One of my great inspirations when I was a young artist finding my way was the pioneering work of filmmaker John Whitney, Sr.
John was among the very first artists to understand digital technology was not only the next stage in the evolution of moving images, but much more importantly, that it would soon become an entirely new medium for human expression.
John and I became friends when I moved to LA in the 1970s. In 1990, I made a short film about his life and work called An Afternoon with John Whitney, which is now in the collection of the Library of Congress.
Toward the end of our interview, John laid out his vision of the core elements of the coming new medium: “Communication in terms of symbol, in terms of typography, in terms of language, in terms of music and art.”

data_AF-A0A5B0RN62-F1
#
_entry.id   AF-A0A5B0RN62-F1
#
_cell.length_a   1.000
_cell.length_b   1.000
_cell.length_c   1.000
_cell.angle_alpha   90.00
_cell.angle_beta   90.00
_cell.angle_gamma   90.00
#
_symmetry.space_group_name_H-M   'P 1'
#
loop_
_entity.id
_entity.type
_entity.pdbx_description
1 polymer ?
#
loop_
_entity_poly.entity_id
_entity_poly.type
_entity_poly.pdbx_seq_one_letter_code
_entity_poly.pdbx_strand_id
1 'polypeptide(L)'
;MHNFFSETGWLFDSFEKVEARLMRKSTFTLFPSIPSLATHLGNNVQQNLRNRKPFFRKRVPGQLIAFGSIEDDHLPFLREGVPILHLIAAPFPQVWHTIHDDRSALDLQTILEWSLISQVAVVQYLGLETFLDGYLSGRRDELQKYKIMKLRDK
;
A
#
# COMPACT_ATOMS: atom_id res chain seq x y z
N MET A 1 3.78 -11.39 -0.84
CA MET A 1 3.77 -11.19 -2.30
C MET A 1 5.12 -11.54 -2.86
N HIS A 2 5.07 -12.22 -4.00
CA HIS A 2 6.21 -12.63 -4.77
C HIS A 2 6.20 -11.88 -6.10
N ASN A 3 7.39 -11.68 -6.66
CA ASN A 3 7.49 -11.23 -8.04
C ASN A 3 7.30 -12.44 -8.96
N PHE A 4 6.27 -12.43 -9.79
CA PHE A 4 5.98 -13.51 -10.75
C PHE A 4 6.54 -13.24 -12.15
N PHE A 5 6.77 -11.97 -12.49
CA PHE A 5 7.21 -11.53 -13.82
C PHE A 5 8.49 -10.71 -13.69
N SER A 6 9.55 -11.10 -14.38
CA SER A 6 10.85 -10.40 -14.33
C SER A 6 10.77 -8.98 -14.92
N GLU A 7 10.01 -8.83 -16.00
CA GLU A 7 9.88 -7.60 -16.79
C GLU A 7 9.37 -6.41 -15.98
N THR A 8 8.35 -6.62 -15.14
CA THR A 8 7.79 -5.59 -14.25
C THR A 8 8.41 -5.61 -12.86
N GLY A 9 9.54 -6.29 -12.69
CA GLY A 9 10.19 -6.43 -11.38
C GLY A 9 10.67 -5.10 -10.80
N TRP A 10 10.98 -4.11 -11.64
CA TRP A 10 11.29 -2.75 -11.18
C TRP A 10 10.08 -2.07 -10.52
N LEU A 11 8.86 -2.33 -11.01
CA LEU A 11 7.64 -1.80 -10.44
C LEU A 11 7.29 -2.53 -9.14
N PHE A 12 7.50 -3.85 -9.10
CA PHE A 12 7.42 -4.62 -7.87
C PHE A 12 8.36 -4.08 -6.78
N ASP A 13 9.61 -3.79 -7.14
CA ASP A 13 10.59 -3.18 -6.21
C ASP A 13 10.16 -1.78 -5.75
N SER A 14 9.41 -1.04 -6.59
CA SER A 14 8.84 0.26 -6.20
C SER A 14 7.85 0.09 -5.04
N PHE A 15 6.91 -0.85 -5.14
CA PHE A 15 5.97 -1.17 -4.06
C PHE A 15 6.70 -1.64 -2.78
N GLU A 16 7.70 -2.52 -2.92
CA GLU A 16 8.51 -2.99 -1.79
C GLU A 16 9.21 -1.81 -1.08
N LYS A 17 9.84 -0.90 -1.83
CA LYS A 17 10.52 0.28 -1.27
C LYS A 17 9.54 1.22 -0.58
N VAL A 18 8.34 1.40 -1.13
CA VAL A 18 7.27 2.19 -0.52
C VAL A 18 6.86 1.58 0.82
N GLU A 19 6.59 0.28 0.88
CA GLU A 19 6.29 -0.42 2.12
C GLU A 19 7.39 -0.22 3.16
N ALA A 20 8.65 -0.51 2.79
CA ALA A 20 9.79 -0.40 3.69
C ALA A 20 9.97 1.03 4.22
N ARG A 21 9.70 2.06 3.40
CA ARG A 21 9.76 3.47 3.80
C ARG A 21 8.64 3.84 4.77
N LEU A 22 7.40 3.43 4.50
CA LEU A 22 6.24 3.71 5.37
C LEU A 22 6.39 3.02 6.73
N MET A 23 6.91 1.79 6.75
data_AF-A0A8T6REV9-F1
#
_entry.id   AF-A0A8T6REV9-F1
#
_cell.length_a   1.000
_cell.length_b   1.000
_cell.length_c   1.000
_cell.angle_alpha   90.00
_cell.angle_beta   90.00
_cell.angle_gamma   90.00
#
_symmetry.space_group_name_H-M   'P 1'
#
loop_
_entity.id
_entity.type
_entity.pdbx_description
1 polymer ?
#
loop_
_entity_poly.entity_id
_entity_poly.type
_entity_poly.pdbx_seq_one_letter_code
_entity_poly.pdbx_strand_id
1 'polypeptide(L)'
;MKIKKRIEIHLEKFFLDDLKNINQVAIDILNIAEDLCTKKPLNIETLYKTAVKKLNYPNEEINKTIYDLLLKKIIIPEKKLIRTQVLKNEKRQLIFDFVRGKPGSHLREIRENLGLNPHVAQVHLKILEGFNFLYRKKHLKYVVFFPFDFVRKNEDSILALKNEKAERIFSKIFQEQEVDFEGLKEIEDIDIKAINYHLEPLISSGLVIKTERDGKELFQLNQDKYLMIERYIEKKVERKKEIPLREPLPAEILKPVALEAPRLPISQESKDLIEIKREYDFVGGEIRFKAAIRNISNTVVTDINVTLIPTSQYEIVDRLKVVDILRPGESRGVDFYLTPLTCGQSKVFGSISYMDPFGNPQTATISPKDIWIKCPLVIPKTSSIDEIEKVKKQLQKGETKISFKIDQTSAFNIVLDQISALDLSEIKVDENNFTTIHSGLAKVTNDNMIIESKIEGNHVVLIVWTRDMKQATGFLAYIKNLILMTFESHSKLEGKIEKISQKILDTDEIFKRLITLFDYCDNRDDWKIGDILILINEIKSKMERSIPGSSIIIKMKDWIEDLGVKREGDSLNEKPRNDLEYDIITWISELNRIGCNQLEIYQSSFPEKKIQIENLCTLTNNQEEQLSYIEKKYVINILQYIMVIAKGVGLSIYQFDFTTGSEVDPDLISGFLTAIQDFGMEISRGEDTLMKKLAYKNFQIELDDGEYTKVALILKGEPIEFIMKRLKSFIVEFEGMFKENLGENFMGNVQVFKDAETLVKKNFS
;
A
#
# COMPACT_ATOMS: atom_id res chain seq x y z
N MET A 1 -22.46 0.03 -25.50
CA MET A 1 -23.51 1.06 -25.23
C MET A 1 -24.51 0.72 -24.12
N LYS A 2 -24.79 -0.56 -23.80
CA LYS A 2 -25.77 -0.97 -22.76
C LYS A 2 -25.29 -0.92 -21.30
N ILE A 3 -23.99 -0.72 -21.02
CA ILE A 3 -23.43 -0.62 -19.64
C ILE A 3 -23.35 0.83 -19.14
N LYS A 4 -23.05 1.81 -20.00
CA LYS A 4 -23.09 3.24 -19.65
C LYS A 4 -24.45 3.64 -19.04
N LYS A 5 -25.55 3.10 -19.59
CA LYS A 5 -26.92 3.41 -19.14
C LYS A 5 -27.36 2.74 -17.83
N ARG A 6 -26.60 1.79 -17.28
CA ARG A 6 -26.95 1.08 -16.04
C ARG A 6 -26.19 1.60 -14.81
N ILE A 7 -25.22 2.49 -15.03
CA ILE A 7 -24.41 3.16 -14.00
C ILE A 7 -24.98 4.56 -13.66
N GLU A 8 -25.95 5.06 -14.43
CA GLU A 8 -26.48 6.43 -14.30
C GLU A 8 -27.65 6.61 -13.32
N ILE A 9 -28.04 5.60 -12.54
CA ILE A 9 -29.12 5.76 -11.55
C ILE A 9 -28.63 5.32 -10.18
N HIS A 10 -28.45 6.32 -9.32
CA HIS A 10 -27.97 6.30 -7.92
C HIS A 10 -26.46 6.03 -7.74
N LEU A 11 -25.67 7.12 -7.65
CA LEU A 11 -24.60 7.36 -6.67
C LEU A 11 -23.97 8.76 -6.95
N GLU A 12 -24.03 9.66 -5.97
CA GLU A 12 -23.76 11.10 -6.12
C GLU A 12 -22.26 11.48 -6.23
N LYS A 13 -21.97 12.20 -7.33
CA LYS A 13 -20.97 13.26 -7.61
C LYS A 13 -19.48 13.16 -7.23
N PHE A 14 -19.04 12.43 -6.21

Then he grinned and added wistfully, “In the Twenty-First Century — not today.”
And so John’s vision of a new art form has come to pass, along with some extra dimensions he never could have imagined: oceans of cat pictures, mind-numbing presidential Tweets, and the destabilization of our collective knowledge courtesy of Fake News.
But for my money, the spirit of John’s highly individual approach to art and film is exactly what we need to take us to the next level of awareness today.